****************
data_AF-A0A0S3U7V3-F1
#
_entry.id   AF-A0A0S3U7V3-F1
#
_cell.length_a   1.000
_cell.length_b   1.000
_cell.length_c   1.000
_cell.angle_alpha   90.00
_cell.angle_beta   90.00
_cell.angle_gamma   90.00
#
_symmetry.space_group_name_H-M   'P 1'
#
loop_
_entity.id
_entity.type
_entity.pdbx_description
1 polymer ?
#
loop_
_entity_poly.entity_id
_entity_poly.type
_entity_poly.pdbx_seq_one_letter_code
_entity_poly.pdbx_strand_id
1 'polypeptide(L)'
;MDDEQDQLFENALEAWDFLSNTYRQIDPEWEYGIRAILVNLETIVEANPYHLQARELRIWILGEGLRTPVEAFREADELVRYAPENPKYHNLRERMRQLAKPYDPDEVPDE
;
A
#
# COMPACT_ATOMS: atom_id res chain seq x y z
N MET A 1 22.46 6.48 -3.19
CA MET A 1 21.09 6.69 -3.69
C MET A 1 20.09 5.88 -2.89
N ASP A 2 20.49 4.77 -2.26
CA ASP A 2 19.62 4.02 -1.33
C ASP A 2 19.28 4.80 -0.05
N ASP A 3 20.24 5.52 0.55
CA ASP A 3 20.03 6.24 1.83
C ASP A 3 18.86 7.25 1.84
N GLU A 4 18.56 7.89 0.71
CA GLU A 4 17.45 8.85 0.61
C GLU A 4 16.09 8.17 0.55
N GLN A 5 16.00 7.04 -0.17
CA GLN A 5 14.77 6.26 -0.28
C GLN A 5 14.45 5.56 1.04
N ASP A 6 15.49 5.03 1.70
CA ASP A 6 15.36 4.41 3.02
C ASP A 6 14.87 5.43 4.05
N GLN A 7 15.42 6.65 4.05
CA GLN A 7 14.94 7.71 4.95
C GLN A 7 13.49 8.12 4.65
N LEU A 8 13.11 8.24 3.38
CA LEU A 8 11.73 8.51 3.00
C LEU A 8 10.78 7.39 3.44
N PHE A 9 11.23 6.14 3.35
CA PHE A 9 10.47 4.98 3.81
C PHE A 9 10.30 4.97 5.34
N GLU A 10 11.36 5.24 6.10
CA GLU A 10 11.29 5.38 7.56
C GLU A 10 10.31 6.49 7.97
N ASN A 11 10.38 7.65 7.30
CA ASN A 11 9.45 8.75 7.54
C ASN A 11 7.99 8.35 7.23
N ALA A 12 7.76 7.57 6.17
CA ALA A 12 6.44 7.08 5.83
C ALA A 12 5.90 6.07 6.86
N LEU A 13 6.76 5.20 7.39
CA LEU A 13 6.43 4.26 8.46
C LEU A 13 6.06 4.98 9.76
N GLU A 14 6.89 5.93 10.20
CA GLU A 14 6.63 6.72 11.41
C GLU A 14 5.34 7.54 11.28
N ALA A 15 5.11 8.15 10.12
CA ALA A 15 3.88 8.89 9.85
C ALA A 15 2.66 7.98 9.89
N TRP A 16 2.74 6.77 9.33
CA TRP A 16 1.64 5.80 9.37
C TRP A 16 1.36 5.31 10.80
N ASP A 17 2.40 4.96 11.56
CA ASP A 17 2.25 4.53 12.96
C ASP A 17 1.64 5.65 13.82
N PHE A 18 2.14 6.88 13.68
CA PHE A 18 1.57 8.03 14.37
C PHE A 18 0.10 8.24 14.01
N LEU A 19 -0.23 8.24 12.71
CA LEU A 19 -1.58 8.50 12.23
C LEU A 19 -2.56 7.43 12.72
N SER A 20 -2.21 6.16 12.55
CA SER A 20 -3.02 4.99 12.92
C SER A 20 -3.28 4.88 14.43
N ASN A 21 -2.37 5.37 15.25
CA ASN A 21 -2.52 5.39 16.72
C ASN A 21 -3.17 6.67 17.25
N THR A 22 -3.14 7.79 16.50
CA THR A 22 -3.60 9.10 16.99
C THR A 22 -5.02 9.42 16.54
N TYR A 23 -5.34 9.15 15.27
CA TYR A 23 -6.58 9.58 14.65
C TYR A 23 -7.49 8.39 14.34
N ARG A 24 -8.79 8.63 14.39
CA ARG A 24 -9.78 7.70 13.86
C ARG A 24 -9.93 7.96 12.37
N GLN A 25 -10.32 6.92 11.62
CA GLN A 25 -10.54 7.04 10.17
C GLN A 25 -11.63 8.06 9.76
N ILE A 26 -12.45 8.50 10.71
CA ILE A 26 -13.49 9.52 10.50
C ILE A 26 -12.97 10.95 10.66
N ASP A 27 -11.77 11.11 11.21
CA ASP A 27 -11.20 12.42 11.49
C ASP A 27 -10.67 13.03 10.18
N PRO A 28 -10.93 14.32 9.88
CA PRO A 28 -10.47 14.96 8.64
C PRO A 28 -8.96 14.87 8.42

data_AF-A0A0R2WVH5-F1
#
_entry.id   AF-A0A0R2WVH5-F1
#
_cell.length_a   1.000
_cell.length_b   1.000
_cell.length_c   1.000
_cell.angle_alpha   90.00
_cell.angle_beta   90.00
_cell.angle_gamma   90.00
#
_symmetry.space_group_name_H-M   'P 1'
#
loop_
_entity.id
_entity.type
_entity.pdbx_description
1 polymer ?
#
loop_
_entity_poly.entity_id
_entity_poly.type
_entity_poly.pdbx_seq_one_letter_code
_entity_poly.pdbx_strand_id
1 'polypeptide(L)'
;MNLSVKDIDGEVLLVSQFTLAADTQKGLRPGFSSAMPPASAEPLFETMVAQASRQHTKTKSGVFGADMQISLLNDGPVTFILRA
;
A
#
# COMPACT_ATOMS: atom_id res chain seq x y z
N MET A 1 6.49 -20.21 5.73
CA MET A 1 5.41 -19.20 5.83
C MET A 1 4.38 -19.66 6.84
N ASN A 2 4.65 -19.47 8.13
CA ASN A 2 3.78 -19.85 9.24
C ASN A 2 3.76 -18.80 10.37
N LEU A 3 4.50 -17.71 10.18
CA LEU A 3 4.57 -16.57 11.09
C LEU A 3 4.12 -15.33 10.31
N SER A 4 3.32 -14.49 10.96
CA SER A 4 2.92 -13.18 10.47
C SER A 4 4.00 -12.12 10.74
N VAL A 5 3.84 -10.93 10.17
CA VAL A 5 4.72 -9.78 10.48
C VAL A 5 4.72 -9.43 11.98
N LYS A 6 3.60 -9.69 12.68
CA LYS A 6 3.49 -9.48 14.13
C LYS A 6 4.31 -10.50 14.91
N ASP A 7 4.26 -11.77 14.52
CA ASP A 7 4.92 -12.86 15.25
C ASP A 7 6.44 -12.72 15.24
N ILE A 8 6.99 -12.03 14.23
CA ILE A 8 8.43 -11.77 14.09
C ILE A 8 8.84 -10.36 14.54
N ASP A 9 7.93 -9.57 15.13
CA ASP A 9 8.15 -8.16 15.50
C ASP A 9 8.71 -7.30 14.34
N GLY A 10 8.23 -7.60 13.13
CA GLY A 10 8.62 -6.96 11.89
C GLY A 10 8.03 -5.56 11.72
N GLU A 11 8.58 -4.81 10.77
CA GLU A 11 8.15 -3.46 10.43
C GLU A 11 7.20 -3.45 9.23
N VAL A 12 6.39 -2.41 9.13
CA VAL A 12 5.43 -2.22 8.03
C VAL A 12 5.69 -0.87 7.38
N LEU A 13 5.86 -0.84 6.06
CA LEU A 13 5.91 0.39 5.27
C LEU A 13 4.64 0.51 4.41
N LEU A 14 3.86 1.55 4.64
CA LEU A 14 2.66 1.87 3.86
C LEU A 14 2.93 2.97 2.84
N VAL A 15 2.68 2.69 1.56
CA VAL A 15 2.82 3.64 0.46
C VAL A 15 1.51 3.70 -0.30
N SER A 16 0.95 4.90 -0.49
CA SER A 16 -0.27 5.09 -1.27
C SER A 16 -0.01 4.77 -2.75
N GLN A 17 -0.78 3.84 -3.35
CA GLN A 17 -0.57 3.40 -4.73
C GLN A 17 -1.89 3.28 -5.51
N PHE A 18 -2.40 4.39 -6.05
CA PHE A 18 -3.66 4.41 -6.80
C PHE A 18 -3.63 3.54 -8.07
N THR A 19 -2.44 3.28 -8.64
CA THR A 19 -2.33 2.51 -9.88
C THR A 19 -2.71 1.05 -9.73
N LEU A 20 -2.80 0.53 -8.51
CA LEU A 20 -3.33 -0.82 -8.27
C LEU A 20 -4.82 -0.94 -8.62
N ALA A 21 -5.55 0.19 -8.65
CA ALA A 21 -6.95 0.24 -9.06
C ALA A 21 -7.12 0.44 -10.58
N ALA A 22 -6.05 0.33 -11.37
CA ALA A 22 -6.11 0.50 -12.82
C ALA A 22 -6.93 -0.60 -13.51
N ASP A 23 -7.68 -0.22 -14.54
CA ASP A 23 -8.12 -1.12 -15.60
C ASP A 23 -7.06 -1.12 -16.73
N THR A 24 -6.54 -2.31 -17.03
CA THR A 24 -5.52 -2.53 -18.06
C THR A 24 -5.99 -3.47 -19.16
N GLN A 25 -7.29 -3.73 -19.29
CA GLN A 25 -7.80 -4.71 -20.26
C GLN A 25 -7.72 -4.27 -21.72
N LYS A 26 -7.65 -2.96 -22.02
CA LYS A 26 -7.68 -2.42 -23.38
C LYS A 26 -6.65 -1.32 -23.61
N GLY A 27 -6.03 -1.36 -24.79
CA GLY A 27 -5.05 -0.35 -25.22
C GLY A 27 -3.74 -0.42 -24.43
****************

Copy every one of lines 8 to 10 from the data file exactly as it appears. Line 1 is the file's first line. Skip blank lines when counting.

_cell.angle_alpha   90.00
_cell.angle_beta   90.00
_cell.angle_gamma   90.00